Fortunately, problems with things like viruses, malware, and spam are relatively low (almost nonexistent) right now on the Kindle Fire, but with the flood of new tablets on the market it's only a matter of time before these blood suckers start to catch up- the stupid jerks!
So it's a good idea to check into other security options for your device.
Also see my page about Kindle Fire Security for Kids to control what apps and videos they have access to.
It's safest to only download Kindle Fire apps from well known and
reputable companies, stores, and sites. If you're looking for a specific
app that's not available in the Amazon App Store, try the developer's
website first. Sometimes you can download their apps directly from their
Amazon isn't the only place you can download Kindle Fire apps, although you'll first need to learn how to side load apps on your Kindle Fire.
Then you'll need to know where the alternative app stores are so you can find some fun new apps, compare prices, and give them a whirl on your tablet.
Unfortunately, Amazon and Google haven't learned how to play nicely
together (meaning they won't share their apps with each other) so you
can't directly download android apps from the Google Play Store onto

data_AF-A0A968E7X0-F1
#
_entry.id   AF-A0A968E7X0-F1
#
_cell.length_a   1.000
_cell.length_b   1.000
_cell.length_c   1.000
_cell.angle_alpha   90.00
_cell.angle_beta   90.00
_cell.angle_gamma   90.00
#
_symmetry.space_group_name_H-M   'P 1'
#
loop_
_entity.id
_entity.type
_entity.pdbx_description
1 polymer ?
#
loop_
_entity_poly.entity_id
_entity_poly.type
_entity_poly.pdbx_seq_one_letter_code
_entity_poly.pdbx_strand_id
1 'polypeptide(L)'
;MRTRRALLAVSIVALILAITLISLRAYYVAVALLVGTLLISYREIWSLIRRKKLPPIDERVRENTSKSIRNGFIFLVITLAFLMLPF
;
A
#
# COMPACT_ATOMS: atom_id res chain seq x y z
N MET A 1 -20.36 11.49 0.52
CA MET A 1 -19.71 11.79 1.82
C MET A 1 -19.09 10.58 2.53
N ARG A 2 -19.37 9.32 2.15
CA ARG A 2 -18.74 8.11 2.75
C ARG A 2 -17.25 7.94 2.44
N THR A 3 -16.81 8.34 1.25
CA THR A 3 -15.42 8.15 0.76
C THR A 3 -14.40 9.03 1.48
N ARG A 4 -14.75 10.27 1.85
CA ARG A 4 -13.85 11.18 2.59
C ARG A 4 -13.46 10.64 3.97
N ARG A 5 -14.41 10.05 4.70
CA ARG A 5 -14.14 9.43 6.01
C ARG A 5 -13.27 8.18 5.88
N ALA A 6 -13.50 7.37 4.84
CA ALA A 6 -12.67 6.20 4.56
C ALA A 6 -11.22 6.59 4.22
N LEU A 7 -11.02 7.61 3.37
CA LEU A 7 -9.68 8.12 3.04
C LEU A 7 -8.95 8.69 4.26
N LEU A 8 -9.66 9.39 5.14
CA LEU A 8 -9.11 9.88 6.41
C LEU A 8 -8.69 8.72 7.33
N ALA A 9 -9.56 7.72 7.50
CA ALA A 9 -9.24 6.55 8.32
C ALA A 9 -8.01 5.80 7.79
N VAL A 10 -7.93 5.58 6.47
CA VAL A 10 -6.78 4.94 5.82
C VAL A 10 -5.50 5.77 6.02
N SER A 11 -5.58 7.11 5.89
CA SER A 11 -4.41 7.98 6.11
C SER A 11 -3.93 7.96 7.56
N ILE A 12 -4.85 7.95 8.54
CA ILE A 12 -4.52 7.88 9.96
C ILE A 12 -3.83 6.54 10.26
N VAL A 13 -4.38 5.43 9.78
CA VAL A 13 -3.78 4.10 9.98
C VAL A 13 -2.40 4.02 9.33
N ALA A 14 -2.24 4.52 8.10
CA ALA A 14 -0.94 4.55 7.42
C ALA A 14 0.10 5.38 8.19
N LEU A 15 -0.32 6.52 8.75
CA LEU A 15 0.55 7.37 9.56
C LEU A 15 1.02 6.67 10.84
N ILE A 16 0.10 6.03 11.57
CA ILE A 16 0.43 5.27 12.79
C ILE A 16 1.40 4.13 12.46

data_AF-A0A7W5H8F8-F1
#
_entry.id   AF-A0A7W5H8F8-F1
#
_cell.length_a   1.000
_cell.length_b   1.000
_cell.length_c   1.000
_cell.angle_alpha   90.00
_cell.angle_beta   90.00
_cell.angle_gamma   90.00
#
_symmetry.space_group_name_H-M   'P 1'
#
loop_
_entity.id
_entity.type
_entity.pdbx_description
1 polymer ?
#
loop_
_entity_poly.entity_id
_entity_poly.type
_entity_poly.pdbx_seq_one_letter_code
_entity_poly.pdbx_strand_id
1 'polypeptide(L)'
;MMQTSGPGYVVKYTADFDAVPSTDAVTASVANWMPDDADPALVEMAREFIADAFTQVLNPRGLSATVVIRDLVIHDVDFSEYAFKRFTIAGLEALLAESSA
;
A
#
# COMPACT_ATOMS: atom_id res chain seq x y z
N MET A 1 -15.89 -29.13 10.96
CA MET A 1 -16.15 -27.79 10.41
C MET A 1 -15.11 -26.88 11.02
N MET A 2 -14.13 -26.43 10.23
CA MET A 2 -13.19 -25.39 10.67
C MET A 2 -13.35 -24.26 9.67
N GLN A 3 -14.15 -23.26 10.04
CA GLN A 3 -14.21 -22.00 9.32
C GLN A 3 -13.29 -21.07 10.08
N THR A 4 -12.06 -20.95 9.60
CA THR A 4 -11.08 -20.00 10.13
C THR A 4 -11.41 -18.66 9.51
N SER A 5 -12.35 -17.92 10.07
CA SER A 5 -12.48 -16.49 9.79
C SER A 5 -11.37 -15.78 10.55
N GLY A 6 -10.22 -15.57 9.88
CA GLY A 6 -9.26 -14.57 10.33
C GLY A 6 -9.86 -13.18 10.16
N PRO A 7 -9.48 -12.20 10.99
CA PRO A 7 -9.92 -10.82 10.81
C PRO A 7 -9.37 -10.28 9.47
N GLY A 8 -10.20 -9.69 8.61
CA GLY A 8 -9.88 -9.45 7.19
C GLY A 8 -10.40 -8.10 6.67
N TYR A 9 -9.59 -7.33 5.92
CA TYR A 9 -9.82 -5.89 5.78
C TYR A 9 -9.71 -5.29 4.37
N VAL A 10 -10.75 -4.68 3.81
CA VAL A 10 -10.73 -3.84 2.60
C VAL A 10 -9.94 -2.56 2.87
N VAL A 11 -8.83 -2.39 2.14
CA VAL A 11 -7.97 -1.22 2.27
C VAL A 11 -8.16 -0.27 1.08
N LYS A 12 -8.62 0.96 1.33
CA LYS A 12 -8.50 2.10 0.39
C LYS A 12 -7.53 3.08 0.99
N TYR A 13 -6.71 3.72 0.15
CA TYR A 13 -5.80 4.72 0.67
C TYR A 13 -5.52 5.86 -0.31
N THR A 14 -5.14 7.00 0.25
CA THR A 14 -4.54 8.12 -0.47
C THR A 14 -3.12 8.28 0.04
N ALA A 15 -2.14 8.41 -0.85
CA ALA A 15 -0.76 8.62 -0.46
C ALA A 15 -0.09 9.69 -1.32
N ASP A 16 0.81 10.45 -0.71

your Kindle Fire, due to Amazon's tinkering of the Android operating
system and Google's requirement to directly connect an approved device
before you can download apps.
There *is* a difficult way to
work around this problem, but you have to jump through a ton of weird
shaped hoops to even try to install the app to your tablet and even then
it usually won't. Even if you can get the app to install, a majority of
them won't work anyway (I know, I've tried). Unless they're
specifically developed as Kindle Fire apps, installing foreign,
third-party apps is a risk even if they were made for Android devices.
Since it's such a major pain-in-the-hiney to do, I've personally decided to stick with the Amazon app store (for the most part) and wait for developers to publish their apps for the Kindle Fire. Most major apps are already available for the tablet, with more on their way, so my patience isn't being horribly tested- for the most part. :)
Besides, there are plenty of fabulous Kindle Fire apps to play with in the meantime.
Some of the apps can only be found in the Google Play Store, but many are available in the Amazon App Store or other third party app stores. I've found some real gems.